I can only imagine what a blessing that would be for people. We all like to feel appreciated, and if the truth be told, we usually receive more criticisms than we do words of praise. Not only would these words of appreciation have a positive impact on another person’s life, we would also be blessed. It feels good to build other people up rather than putting them down.
So, here’s my plan. I’m going to write a note, make a phone call, or include a positive affirmation in a conversation at least once each day. I’ll probably draw the line at texting. “Gr8 job J” doesn’t quite do it for me.
My goal is to become more aware of how people touch my life in a positive way, and to become freer with my words of appreciation. This would be a good habit to instill in my life over the forty days of Lent and then continue to practice in the days following Easter.
Yes, my perspective on life and God needs to be tweaked, and relationships can always be strengthened. If I’m going to be wholistic in my endeavors, these two areas can’t be my total focus. I need to make a passing glance at the physical side of life, too.
Traditionally, Lent has been a season to give up, or fast from something. Jokingly I have at one time or another given up shrimp (I’m deathly allergic to it) melons (yuck) and brussle sprouts (are they really fit for human consumption?). Once I was successful in giving up chocolate for Lent (a true sacrifice) but this was something that I did not want to become a habit. At 12:01am on that Easter morning I consumed an absolutely scrumptious piece of Godiva Chocolate cheesecake from the Cheesecake Factory. My challenge was to think of something I could do that would have a lasting, positive impact on my health.
I’m not a great fruit and vegetable guy. I know, though, that this needs to change if I am to continue to enjoy the gift of health. During this season of Lent, I’m going to focus on enjoying five to seven servings of fruits and vegetables a day—replacing the five to seven servings of sweets that I normally consume. This certainly wasn’t the only health option that I had—the list was almost endless—but this is a positive habit that I believe I can accomplish in the next several weeks.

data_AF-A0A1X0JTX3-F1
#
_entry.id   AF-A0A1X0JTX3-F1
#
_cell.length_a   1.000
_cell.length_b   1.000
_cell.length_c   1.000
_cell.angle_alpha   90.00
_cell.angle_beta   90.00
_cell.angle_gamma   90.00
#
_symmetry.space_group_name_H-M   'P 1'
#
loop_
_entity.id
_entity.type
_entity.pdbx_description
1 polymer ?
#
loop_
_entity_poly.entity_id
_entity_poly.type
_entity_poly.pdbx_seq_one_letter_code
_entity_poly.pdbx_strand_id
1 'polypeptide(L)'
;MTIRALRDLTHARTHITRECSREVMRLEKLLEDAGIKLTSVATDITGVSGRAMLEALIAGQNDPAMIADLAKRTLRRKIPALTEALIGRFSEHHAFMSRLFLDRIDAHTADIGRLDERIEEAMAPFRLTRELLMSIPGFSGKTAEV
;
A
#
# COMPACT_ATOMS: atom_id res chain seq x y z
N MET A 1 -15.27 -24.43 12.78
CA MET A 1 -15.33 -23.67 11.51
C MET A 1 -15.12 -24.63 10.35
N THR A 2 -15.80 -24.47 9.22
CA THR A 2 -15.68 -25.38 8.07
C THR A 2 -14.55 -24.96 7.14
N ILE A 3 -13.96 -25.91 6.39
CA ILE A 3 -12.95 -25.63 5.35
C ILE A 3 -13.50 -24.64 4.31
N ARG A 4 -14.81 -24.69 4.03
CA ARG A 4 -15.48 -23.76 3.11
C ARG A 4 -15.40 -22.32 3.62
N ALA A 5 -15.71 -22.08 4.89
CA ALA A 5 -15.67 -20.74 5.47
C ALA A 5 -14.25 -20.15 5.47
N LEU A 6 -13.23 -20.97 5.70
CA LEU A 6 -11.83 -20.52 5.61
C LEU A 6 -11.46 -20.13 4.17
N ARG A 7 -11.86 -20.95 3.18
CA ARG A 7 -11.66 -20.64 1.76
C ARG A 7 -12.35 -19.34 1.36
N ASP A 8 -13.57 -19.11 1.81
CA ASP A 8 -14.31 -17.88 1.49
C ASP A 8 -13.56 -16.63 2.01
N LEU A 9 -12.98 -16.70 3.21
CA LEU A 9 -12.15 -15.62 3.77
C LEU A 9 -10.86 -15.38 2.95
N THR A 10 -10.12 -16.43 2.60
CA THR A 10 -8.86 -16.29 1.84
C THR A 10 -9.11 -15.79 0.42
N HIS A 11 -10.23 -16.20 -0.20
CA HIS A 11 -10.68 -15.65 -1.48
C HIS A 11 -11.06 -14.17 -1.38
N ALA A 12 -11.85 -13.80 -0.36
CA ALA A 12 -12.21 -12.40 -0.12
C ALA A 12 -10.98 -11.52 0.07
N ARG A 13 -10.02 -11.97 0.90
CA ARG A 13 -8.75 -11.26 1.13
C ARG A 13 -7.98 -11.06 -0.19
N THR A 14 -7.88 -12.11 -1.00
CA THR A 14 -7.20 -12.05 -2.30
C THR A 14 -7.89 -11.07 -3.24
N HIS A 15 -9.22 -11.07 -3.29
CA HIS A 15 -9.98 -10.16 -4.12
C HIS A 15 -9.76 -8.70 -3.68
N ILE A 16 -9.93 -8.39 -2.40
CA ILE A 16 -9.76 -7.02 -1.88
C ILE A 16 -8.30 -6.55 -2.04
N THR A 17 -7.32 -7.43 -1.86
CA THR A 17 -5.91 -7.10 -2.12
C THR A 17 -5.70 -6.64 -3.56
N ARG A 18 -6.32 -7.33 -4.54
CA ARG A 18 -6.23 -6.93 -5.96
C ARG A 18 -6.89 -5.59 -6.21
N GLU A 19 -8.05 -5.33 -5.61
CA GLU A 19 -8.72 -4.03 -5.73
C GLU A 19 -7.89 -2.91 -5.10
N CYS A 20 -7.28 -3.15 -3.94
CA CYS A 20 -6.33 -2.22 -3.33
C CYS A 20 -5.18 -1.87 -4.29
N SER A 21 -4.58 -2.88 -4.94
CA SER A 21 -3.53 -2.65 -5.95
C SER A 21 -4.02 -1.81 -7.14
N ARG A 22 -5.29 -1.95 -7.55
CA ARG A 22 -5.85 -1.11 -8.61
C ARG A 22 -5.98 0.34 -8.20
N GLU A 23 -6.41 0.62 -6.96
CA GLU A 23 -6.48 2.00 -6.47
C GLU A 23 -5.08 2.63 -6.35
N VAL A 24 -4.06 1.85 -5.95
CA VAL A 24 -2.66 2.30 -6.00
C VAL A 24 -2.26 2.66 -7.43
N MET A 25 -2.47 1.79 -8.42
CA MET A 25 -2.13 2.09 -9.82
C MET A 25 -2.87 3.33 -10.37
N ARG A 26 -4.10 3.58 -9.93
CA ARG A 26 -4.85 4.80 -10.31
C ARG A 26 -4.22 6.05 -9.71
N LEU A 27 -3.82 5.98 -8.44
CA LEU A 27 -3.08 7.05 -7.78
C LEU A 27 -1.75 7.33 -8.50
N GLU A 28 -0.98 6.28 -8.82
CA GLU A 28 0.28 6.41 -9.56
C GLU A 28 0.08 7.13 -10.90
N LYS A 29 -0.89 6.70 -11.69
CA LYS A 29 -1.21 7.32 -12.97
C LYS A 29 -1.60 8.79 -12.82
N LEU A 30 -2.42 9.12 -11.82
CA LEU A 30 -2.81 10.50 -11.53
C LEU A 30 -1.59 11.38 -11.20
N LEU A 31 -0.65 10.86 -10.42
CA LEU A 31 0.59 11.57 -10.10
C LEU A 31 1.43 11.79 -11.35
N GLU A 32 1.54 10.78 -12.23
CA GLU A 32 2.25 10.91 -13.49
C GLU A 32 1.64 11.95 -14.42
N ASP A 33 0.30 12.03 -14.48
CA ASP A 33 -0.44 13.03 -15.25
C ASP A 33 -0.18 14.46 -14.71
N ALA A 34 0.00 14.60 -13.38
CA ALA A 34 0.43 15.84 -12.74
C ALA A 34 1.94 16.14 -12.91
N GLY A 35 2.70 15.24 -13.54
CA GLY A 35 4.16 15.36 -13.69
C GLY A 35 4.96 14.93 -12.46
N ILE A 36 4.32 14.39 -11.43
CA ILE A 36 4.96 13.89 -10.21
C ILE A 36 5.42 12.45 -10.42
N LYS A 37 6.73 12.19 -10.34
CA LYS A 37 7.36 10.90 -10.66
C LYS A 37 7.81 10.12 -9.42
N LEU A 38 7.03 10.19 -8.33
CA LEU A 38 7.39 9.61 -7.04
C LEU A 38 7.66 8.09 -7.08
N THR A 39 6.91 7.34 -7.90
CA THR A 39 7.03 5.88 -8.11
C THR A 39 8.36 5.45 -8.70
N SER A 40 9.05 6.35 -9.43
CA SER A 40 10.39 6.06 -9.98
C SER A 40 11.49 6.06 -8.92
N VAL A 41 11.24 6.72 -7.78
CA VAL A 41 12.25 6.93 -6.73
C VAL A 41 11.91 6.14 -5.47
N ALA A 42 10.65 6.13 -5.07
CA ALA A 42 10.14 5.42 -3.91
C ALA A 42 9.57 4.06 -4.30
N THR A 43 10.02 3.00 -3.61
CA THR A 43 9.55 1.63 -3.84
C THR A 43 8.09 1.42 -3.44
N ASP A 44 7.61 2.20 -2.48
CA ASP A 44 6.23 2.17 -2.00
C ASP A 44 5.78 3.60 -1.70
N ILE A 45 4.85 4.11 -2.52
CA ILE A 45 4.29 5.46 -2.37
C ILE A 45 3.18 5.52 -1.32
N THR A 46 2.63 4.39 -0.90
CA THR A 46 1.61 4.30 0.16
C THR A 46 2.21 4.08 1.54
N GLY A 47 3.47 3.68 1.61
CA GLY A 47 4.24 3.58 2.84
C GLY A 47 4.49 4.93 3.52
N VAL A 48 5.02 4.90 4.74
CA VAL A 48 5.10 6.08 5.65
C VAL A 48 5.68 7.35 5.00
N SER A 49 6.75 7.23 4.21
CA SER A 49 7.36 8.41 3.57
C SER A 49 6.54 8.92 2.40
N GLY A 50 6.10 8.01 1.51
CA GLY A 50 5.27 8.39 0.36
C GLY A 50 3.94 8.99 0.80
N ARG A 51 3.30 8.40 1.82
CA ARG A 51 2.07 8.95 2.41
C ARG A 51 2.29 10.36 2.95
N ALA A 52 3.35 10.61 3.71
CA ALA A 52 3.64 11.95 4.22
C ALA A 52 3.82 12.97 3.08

I would be remiss if I didn’t include some sort of religious element in my wholistic Lenten habits. It’s tempting, though. Pastors tend to think that we have this area covered.
A time for reading the Bible and prayer is already a part of my daily routine. I must confess, though, that this time spent with God often feels one sided. I read the passage of Scripture or devotional thought, but it is rarely an “Aha!” moment. When I pray, I often have a long list of needs—heavily sprinkled with wants and desires—that I share with God. I’m sure God listens, but I really don’t give God a chance to talk much.
So, the wholistic habit that I want to develop during this Lenten season is five minutes of silence. I know this doesn’t sound like much. The experts usually say that a person needs to meditate or contemplate for at least twenty minutes for it to do any good. That’s way too long for me. I may not have ADD or ADHD, but I can’t sit still that long. I’ll start out with five minutes—five minutes of quiet and listening. I really don’t expect to receive any prophetic messages, but I do hope to hear the still small voice of God.
So, what do you think? Would you like to join me in developing these four wholistic Lenten habits or, do you have suggestions for additional habits or replacement habits?
I plan on keeping you posted on my progress on these habits. I hope that you will share with me what you find helpful during the season of Lent.